19. I’m looking for specific information on a historical house my grandmother owned back in the 1940-1950 at 5106 South Broadway. As i recall, the original owner, a liquor distributor’s family was murdered in the house and no one wanted it because of the violent history. It was a three story red brick Victorian on about an acre with a carriage house in the back and a deck that overlooked the Mississippi and train tracks below.. I visited there on summer vacations. Do you know where I can access the information on this house and the murder story and if any pictures of it might be available? Just found this site. So interesting for researchers. Thank you for all your hard work.

  20. My grandmother told me my Grandfather had family named Schaffer, who owned a large restaurant in St Louis in the late Nineteenth Century. I now wonder if the name of the family was Schaiders. My grandfather was raised in Hermann, MO when it was a German community.

  21. It happened something like, ….. / Wikipedia.org / Wiki Flag of St. Louis / Source Reference #4 / “Our Flag is Better Than Yours” Cameron Collins @ Distilled History / JACKPOT! Haha.

    Cant wait to read through your archives. STL roots run deep. Thank you so much for showing folks (and myself) what that looks like.

  22. Hi, Just discovered your web site, looking for more information/ I am Richard W. hashagen, decendent of Richard W, Hashagen ( my Grandfather) who had four brothers and originally created Hashagen Park on South Grand, later it transitioned to _Priesters park.. Hashagen Park I understand had the motor dome, balloon races, trained the Army Air Force Balloon for ww1, Any information you could provide me Would be appreciated for my grand children. I am 78 years old. disabled US Air Force veteran (100%)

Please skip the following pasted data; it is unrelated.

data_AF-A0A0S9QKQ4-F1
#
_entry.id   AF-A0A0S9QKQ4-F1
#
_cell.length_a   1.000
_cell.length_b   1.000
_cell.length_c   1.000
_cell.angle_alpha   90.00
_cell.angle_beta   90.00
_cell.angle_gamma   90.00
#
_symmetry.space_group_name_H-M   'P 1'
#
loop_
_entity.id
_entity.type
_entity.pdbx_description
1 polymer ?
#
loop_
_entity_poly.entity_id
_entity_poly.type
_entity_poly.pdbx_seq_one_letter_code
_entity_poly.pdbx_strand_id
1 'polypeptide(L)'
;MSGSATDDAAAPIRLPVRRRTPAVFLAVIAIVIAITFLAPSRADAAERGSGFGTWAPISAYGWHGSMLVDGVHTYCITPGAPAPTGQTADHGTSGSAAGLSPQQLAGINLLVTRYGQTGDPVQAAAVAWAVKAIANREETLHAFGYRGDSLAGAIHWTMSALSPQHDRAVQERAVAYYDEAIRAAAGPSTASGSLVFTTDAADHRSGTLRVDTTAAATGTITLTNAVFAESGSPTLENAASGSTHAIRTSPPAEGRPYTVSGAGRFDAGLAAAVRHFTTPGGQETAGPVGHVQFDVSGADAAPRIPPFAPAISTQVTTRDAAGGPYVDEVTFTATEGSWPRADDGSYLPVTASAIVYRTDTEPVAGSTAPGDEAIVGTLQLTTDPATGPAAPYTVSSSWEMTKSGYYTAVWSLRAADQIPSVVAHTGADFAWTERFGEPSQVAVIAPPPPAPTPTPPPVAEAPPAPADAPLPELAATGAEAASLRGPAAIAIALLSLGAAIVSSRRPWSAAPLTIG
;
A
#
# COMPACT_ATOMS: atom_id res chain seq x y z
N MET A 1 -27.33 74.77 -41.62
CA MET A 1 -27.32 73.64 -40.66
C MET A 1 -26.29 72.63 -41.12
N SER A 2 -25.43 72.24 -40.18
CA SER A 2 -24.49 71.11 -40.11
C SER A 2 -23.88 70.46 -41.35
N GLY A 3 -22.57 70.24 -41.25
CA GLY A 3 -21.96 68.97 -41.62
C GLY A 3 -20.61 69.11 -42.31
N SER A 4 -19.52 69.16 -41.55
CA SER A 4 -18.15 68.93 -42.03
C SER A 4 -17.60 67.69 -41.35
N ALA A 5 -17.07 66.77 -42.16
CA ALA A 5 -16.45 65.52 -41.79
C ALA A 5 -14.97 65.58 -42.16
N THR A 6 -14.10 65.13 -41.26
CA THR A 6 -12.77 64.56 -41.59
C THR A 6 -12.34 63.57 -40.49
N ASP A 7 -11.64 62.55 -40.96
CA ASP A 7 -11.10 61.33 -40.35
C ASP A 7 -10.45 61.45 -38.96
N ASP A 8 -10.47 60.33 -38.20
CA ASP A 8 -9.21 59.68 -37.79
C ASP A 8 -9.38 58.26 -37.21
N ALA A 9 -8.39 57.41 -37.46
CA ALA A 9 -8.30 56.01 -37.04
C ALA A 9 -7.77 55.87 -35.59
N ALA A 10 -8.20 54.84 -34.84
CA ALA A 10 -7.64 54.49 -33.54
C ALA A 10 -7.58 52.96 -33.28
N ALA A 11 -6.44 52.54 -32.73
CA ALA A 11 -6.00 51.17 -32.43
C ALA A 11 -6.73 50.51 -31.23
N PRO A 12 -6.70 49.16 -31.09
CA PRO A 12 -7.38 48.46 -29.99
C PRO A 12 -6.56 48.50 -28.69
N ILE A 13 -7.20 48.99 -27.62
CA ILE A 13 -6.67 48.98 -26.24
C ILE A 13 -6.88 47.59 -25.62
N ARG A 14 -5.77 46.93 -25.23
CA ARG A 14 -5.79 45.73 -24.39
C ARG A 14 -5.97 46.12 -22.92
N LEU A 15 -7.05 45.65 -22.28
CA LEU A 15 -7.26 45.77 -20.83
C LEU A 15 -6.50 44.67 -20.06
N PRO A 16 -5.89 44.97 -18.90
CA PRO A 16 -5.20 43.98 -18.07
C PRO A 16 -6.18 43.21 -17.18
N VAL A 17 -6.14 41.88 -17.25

23. This is the best blog on St. Louis history!! Had you ever considered investigating the cigar industry in St. Louis. My 2nd grand uncles had a cigar business on Stansbury Street in the 1880’s. I accessed the city directory of 1889 to discover there were many small cigar companies in the city. I always wandered why St. Louis had so many cigar businesses. Beer and cigars go so well together.

  24. Was searching for more history on downtown Chinatown/ “Hop Alley” and may have been a bit skeptical at first as I saw the image of the white man in the corner of the site. But your approach to highlight the humanity of the people from within the community rather than outside looking in and appreciating origin and cultures is probably what will keep me coming back to this site. Thanks for what you do and educating me!

  25. Love your blog! Recently found out that my 5th Great Grandpa, Joseph Taillon/Tayon, was one of the 30 founding fathers of St. Louis. He’s mentioned in books as being 49 when he pulled the boat up the Mississippi River banks. Also, he created the first flour mill and the Chouteau’s Pond map drawing you added was actually built by grandfather and at first was named Tayon’s Pond. 18th Street and bridge used to be named Tayon Ave and Tayon bridge. After finding out it was renamed, I was quite disappointed. I feel pretty honored to be a descendant from such rich history. You might want to check out Ft. Chartres someday. That’s where the 30 French men were located before traveling to St. Louis. Joseph Taillon/Tayon’s son, Don Carlos Tayon, my 4th Great Uncle, was the 2nd Commandant of St. Charles and was given 10k parcels of land for outstanding service in St. Louis, but he has something in common with you, he liked a few drinks. lol. While researching, I found some didn’t like his ego ways and drinking abilities, but I’m not sure if that’s why he was succeeded or if it’s because he denied Daniel Boone a land grant. Nonetheless, it’s good to know the info. Thanks again for the good read.

  26. I just recently stumbled onto your blog. What a delight.
    I have an Elmira – St. Louis story (c.1912), that will absolutely knock your socks off!
    We need to talk.